Tech

BioNTech to start UK trial of cancer vaccine using same mRNA technology used in Covid-19 shots

In a nutshell: Starting September this year in England, the German company BioNTech, which developed one of the most widely used Covid-19 vaccines together with Pfizer, will begin clinical trials of personalized cancer vaccines based on the same mRNA technology as Covid vaccines.

Following the release of a Covid-19 vaccine, BioNTech wants to use the same messenger ribonucleic acid (mRNA) technology in other treatments, including cancer vaccines. The treatment, designed specifically for each person, provides the immune system with the genetic code of a certain type of cancer, so only the tumor can be the target. An improvement over chemotherapy, which affects many cells, including healthy ones. Essentially, mRNA vaccines will contain a genetic blueprint that encourages the immune system to attack only cancer cells.

BioNTech partnership with the UK government could provide treatment for around 10,000 UK patients by 2030.

“Once cancer is discovered, we must ensure that the best possible treatments are available as soon as possible, including for breast, lung and pancreatic cancer,” said UK Health Secretary Steve Barclay.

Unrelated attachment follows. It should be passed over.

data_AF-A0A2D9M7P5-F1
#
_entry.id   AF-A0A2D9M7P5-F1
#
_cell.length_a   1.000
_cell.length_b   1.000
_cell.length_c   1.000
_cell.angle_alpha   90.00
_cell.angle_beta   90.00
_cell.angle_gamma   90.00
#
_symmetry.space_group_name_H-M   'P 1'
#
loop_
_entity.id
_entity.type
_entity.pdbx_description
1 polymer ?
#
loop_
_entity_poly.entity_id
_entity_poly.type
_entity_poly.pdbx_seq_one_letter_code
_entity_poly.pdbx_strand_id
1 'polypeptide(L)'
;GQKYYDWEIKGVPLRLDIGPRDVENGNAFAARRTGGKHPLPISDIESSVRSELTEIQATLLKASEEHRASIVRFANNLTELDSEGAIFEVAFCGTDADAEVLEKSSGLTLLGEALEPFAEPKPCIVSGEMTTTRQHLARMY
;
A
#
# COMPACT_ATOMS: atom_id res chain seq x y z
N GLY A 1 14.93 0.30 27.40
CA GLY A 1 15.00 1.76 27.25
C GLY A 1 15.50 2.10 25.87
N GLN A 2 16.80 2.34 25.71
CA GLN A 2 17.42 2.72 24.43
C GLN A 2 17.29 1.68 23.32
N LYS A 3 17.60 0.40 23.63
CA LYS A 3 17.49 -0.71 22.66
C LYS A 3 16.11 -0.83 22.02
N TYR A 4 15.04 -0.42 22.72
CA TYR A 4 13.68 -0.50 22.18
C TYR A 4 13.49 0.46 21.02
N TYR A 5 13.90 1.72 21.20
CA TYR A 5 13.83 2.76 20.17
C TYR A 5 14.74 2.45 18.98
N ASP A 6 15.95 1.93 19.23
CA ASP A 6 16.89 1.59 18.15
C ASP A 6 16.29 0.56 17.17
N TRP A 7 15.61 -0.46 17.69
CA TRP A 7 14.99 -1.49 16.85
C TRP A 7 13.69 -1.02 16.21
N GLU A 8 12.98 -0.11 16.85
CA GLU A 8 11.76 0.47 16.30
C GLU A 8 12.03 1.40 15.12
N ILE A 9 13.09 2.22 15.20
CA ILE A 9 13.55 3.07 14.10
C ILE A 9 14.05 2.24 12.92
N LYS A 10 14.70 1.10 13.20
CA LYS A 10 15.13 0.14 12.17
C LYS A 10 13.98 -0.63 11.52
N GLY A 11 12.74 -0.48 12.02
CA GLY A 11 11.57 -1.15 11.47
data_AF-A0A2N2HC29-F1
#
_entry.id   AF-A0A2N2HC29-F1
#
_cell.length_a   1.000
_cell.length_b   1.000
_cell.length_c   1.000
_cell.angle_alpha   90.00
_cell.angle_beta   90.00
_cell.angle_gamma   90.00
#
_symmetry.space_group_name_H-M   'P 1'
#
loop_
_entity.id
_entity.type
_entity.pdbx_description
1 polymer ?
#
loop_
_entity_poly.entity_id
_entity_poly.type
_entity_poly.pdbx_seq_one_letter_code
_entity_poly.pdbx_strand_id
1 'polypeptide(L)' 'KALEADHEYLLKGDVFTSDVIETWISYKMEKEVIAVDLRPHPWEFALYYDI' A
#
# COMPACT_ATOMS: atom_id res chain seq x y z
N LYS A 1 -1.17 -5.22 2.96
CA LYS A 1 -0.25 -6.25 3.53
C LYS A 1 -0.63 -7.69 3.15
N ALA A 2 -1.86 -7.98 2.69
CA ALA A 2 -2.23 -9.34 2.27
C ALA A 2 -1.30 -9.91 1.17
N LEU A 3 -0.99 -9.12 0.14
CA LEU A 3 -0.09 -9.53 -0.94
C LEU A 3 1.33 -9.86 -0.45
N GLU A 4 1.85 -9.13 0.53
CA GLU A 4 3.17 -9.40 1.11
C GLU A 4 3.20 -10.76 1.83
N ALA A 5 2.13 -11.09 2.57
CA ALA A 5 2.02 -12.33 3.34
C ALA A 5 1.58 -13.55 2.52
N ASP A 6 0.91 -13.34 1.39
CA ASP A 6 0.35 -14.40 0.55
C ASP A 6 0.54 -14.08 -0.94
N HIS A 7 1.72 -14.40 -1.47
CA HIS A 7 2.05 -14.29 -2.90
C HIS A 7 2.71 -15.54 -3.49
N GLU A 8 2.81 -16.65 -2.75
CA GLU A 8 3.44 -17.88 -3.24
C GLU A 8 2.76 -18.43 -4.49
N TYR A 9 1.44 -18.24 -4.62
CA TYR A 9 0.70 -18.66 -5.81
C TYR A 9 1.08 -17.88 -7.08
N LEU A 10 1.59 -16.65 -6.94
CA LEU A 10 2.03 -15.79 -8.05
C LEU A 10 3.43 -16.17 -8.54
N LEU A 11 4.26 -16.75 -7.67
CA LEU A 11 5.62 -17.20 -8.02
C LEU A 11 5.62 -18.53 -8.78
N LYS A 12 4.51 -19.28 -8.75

“BioNTech has helped the world become a leader in Covid-19 vaccine development and they share our commitment to scientific advancement, innovation and cutting-edge scientific technology, making them ideal partners to work together on cancer vaccines.”

Some of the patients in the trial will have cancer that has already been treated – the hope is that the vaccine will prevent it from returning. The trial will also include patients with advanced cancer that treatment can reduce. In both cases, multiple doses of the vaccine may be needed.

BioNTech co-founder and CEO Ugur Şahin said the agreement was based on lessons learned during the pandemic on how the UK’s publicly funded National Health Service (NHS) worked with academia, the regulator and the private sector to roll out vaccines so quickly. . . “And there are opportunities for genomic analysis. The UK is one of the leading countries in this regard,” Shaheen said.

BioNTech’s investment will also include the establishment of a new R&D center and offices in the UK.

mRNA production is expensive—the market is predicted to be $23 billion by 2035—although BioNTech says its cancer vaccines will be available to healthcare systems. Details of the UK deal have not been released, but for the NHS, which is currently in the midst of a massive nurses’ strike over a salary offer, the effectiveness of the cancer vaccines should make their price justify.


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